In a world first, an Australian-led, international team of astronomers has determined the precise location of a powerful one-off burst of cosmic radio waves known as ‘fast radio bursts’.
The discovery was made by a team, including Swinburne astrophysicists Dr Adam Deller and Dr Ryan Shannon, using CSIRO’s new Australian Square Kilometre Array Pathfinder (ASKAP) radio telescope in the Western Australian outback.
The galaxy from which the burst originated was imaged by three of the world’s largest optical telescopes, with the results published online in Science today.
A big breakthrough
“This is the big breakthrough that the field has been waiting for since astronomers discovered fast radio bursts in 2007,” says CSIRO lead author Dr Keith Bannister.
In the 12 years since then, a global hunt has netted 85 of these bursts. Most have been ‘one-offs’, but a small fraction are ‘repeaters’ that recur in the same location.
Fast radio bursts last less than a millisecond, making it difficult to accurately determine where they come from.
In 2017, astronomers found a repeater’s home galaxy. However, localising a one-off burst has been much more challenging.
Dr Bannister’s team developed new technology to freeze and save data from the new CSIRO telescope less than a second after a burst arrives at the telescope.
This technology was used to pinpoint the origin of the fast radio burst, identified as the outskirts of a galaxy just smaller than the Milky Way, about 4 billion light-years away.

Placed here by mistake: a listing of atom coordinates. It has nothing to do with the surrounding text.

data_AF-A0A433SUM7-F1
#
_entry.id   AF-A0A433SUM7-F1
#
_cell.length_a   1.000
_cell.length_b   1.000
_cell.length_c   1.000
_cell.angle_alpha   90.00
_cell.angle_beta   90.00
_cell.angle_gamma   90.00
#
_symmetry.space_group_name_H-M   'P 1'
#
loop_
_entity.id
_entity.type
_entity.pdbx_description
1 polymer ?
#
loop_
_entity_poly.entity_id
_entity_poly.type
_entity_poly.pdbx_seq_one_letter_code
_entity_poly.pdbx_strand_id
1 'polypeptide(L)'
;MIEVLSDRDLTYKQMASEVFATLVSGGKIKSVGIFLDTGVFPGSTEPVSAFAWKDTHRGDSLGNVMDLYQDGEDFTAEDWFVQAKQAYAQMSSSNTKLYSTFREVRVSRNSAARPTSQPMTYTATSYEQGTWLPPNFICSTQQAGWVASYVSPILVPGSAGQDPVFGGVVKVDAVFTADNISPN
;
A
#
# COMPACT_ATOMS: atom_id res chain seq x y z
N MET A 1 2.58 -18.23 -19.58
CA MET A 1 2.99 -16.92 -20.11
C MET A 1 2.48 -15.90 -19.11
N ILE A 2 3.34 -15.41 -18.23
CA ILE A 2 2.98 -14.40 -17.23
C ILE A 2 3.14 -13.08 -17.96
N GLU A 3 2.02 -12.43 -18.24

"If we were to stand on the Moon and look down at the Earth with this precision, we would be able to tell not only which city the burst came from, but which postcode – and even which city block,” says Dr Bannister.
The CSIRO telescope used is made up of multiple dish antennas. The burst had to travel a different distance to each dish, reaching them all at a slightly different time.
Swinburne astrophysicist and discovery team member, Dr Adam Deller, says: “From these tiny time differences – just a fraction of a billionth of a second – we identified the burst’s home galaxy and even its exact starting point, 13,000 light-years out from the galaxy’s centre in the galactic suburbs.”
Bursting away from home
To find out more about the burst’s home galaxy, the team imaged the galaxy and measured its distance using sensitive optical telescopes located throughout the world.
The only previously localised burst, the repeater, comes from a tiny galaxy that is forming lots of stars.
Dr Deller says the burst the team has localised, and its host galaxy, looks nothing like the ‘repeater’.
“It comes from a massive galaxy that is forming relatively few stars. This suggests that fast radio bursts can be produced in a variety of environments, or that the seemingly one-off bursts detected by the ASKAP telescope are generated by a different mechanism to the repeater.”
The cause of fast radio bursts remains unknown, but the ability to determine their exact location is a key step towards solving this mystery.
Team member Dr Jean-Pierre Macquart from Curtin University says these bursts are altered by the matter they encounter in space.
“Now that we can pinpoint where they come from, we can use them to measure the amount of matter in intergalactic space.”
This would reveal elusive intergalactic material that astronomers have struggled to locate.
Swinburne and fast radio bursts
The localisation of the radio burst was done as part of a project that is jointly led by Dr Bannister, Dr Macquart and Swinburne’s Dr Shannon.
Dr Shannon and CSIRO’s Dr Shivani Bhandari carried out the observations and were the first to spot the burst.
Last year, Dr Shannon led the discovery of 20 fast radio bursts, nearly doubling the known number of fast radio bursts.